Friday, December 30, 2016

My Resolution

Carvaggio, The Taking of Christ, 1602, oil on canvas, 52.6 in. x 66.7 in.
I don't have any immediate plans to reduce my vices, but that doesn't mean I'm not interested in self-improvement! So today, in front of God, the blogosphere, and everyone, I resolve during 2017 to learn more about the Baroque master Caravaggio (1571-1610). Here, Judas has just betrayed Jesus with a kiss. But is it actually betrayal, when the act was essential for the cosmic salvation story to play out as it was ordained to?

Thursday, December 29, 2016

Healing Song for 2017: "Witchi-tai-to"

We need healing, we need it soon, and we need it for real. Jim Pepper was an accomplished Native American jazz saxophonist of Kaw-Muscogee descent. Ornette Coleman and Don Cherry urged him to draw on his roots to create his own sound. So he did. He composed "Witchi-tai-to" by adapting a traditional peyote ceremony healing song.* I've listened to it several times this week. My dream is that instead of having a child singer and a smattering of Rockettes perform at Trump's inauguration they would put this song on repeat and everyone would lose their power ties and join in a giant improvised circle dance. I visualized that and it felt good. Maybe in some parallel universe it will happen, and the bleed-through will help us out a bit. Be well.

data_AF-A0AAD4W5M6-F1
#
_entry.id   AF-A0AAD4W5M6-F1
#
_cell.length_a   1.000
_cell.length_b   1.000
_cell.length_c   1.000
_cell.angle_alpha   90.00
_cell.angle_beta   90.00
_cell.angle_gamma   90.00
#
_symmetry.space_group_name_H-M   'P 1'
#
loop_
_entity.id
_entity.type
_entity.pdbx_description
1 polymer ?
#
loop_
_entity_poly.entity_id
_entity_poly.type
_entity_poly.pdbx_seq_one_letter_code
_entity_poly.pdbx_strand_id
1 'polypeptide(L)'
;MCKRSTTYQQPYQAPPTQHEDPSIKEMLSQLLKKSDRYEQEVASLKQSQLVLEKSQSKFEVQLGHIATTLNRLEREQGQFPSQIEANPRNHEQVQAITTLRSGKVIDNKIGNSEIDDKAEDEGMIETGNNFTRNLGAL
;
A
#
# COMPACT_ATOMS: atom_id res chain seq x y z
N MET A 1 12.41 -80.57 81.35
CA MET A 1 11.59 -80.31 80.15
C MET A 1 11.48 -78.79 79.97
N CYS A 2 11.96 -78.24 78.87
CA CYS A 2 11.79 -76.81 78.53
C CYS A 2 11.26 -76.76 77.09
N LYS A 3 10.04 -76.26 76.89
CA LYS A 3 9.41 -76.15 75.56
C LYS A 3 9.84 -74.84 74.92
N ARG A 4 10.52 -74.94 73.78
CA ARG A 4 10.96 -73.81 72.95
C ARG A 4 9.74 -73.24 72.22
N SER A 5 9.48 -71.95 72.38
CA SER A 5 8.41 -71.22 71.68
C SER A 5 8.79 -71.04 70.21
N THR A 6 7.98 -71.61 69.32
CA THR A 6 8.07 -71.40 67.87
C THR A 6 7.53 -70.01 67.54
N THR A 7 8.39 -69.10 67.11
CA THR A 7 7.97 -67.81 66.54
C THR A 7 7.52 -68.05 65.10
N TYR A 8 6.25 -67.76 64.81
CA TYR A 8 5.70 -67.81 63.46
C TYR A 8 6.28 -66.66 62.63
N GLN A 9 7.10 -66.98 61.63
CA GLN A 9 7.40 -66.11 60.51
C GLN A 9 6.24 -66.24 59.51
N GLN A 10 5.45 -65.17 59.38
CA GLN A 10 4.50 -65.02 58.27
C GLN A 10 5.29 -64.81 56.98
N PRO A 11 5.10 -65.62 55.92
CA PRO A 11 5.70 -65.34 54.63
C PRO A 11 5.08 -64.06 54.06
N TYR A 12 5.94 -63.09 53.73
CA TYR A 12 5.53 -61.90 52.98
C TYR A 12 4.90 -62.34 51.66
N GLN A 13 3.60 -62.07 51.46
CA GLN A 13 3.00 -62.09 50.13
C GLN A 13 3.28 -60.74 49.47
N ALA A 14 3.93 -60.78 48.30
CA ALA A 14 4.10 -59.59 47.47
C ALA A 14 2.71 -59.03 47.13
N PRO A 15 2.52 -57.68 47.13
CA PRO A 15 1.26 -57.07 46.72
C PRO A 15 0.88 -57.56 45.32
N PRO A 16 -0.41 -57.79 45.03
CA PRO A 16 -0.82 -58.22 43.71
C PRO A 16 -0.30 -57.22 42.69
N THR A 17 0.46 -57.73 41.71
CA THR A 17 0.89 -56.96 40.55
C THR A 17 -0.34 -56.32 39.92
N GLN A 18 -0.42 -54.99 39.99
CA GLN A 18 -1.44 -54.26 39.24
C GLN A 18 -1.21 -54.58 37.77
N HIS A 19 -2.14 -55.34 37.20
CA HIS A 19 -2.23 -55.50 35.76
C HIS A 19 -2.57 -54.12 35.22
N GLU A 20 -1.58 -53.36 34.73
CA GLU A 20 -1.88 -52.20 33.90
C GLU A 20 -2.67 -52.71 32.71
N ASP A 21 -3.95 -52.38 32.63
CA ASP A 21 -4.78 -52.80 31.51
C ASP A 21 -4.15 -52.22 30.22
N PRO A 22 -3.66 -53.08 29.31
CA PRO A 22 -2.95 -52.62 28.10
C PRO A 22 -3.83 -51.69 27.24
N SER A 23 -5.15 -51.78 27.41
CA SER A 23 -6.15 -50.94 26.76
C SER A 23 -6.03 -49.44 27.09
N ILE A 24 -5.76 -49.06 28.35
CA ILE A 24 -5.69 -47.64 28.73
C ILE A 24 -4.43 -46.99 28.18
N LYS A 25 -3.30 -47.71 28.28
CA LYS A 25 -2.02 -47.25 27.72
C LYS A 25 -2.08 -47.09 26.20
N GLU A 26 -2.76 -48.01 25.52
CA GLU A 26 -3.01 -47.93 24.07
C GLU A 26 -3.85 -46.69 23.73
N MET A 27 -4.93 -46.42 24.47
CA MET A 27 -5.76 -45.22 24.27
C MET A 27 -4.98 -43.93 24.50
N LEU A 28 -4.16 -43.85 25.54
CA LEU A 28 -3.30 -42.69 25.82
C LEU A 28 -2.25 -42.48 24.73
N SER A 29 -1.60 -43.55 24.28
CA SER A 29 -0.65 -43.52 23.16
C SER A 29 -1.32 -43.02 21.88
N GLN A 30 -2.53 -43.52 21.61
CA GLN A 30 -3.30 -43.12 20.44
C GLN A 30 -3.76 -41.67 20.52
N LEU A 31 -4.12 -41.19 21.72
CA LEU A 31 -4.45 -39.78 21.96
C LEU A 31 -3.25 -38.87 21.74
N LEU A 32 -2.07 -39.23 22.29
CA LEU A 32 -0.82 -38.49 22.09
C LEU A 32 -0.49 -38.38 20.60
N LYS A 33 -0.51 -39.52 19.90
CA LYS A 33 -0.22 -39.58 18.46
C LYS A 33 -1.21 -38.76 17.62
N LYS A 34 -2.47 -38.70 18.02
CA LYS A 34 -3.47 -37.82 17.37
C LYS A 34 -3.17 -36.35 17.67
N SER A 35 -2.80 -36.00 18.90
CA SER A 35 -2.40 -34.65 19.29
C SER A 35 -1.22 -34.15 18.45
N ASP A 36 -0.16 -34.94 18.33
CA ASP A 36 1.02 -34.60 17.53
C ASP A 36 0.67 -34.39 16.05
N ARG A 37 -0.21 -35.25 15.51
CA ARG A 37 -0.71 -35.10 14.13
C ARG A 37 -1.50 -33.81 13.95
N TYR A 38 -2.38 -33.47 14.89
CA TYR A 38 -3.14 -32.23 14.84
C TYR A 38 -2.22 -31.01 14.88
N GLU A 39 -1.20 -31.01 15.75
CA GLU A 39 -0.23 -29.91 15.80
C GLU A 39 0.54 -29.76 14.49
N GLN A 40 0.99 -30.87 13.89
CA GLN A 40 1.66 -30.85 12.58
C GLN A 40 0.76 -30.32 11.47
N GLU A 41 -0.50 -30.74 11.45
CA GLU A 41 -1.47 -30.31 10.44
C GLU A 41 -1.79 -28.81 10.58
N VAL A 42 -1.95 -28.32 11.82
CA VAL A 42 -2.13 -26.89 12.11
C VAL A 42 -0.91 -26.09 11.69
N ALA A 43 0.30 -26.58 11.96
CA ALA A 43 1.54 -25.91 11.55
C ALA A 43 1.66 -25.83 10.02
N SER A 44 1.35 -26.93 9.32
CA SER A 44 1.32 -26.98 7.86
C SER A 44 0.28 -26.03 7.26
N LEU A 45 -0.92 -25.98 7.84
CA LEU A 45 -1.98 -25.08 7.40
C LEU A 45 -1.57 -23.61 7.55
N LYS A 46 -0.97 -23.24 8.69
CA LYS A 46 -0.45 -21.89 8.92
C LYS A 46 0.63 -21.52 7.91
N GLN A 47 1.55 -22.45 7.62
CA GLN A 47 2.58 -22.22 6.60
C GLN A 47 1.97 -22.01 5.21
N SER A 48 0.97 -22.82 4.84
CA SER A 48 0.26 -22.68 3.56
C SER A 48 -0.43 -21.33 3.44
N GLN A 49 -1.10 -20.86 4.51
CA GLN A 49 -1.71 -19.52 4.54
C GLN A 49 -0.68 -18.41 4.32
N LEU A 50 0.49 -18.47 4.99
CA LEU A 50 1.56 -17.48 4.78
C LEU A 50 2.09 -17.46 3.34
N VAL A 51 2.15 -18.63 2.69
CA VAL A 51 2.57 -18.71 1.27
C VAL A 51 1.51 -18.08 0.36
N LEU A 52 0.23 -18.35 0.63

* After the opening chant, the music kicks in at around 0:35.

Monday, December 26, 2016

Getting Zen About the Meaning of Zen

The linguist John McWhorter was on NPR this morning. He's exceedingly convincing on why words are always morphing in meaning and pronunciation. Honestly, he makes the vigilance of the Language Police seem not just misguided, but useless and absurd. The idea is that words mean whatever people want them to mean and that definitions are gradually codified through usage as opposed to the top-down judgments of language authorities. Still, some usages grate. I mean, I'm totally fine with the use of words like 'totally' and 'like' as modifiers (or are they qualifiers?). But there are limits. In my view it's simply wrong to describe anything having to do with yoga as being "very Zen," as is the current colloquial practice. The Buddha created his mode of spiritual practice after explicitly rejecting the exertions and strivings of yoga as a path to enlightenment. In Zen, a form of Buddhism, enlightenment (or satori), occurs in a flash of insight into the nonduality that undergirds existence. Nothing could be less Zen than yoga, since the insight comes without effort. To me it would be like describing a mosque as being very Christian. All that being said, I realize that my objections are ultimately meaningless, and that the word Zen, like all other words, will come to mean whatever people want it to mean. What's hard about this one is that I'm watching the change happen in a real time, and, having been a student of world religions, acceptance is tough. But McWhorter has convinced me that I would be wise to let it go. That would be Zen.